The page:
Currently, there are many problems of concern about our Earth. For example, over-fishing. According to the article written by National Geographic, all the world's fisheries will have collapsed by the year 2048. That may seem a long ways away for any, but the next generation will grow up considering a simple fish a rare creature. Fishing more than needed is taking a considerably large toll on the environment, since the extinction of each species throws the whole food chain off balance. Deforestation is another major issue, many animals are becoming extinct due to it, and thousands more species are losing their homes. Old-growth forests are being cleared, and the tropical rain-forests are being reduced by the hour. Lastly, climate change is affecting cold biomes, and melting the ice needed by organisms for shelter and food.

     The Earth is in danger, though many people don't know, and it is estimated that the peak has passed and we cannot undo our damage. We can, however, reduce our impact on the environment by doing some very simple things. Firstly, we can drive less, and walk or bike more, which will reduce pollution being produced. Recycling, rather than trashing, reduces the land cleared for dumps, and stops the harvesting of our dwindling natural resources. Unplugging electronics when not in use not only saves electricity, but money as well! If everyone that reads this does these simple things, we can truly make our Earth a better place for all of us.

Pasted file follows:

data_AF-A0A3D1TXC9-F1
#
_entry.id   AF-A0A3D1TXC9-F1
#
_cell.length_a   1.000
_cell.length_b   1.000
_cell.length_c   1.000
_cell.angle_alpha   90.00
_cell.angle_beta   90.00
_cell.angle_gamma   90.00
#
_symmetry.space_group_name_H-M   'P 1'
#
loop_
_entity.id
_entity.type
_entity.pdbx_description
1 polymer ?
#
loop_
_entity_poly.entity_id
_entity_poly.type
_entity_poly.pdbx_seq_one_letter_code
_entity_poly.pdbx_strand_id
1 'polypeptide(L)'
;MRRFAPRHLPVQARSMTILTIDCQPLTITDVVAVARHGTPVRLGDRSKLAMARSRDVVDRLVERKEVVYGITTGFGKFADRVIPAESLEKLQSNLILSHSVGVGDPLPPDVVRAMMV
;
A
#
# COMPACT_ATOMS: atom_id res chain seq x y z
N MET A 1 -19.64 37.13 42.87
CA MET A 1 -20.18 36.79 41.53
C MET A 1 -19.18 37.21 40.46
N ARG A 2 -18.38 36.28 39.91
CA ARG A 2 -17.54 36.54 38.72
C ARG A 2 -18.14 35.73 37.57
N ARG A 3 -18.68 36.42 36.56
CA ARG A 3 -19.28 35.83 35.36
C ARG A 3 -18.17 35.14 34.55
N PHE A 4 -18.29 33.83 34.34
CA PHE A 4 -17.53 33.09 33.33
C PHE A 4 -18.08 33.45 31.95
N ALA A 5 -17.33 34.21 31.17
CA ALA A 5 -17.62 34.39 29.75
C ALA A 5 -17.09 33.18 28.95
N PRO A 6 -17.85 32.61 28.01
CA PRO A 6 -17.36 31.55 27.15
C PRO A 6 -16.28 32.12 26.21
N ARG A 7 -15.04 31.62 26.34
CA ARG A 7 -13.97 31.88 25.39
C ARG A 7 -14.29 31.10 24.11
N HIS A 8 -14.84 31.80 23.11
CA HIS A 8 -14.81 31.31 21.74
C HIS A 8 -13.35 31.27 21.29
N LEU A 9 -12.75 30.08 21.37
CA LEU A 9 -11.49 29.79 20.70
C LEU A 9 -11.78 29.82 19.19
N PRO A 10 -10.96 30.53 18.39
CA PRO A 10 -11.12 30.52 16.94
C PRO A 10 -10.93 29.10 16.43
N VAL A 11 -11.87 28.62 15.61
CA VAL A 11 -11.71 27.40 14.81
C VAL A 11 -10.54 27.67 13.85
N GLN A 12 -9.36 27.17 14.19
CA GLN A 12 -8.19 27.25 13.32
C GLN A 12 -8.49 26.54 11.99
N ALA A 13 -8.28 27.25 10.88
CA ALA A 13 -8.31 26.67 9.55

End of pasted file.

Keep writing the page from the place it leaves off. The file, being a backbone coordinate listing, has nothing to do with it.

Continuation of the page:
We need nature. No, don't you deny it, nature is essential to us, in almost every way. We need many plants for medicine, and without them, there would be less oxygen and more carbon dioxide. We also need animals and plants for food, since everything we eat comes from living things. Also, it would be quite a shock for us when the last lion or tiger dies, and we realize that our kids, and our kid's kids, will never get to see such majestic creatures. The only exotic animals to see would be in zoo's, and extinct in the wild. No safari's, no whale-watching, in the near future there will be none of this. Unless we make an effort and try our best, this will occur, sooner rather than later. We need nature.

      Things are becoming worse. Hopes are disappearing. If we are going to act, it has to be now. As these words are being read, and animal is dying from habitat loss, poaching, or pollution. We have to do something, before it's too late. The time is passing, and efforts are being doubled to save our only home. You need to help, reader, and if we all work together, we can accomplish our dream of a perfect environment for the generations to come. But the fairy-tale happy ending won't come unless we all give what we have to enforce the laws of preservation for our Earth, and believe it can be accomplished. You know how bad it is, and that's why we must all make an effort to do what we believe to be right, because it's our earth to save!
 
References:
1.http://ocean.nationalgeographic.com/ocean/critical-issues-overfishing/



                        More Then a Wild Dog


     Wolves are fascinating, social creatures, worthy of more then they receive. There are many different kinds of wolves, large and small, suited for their particular environment. They also have many methods of communication, not just verbal sounds, that allow them to better interact with pack mates. Wolves are truly beneficial canines, for they give more to their environment then one might suspect.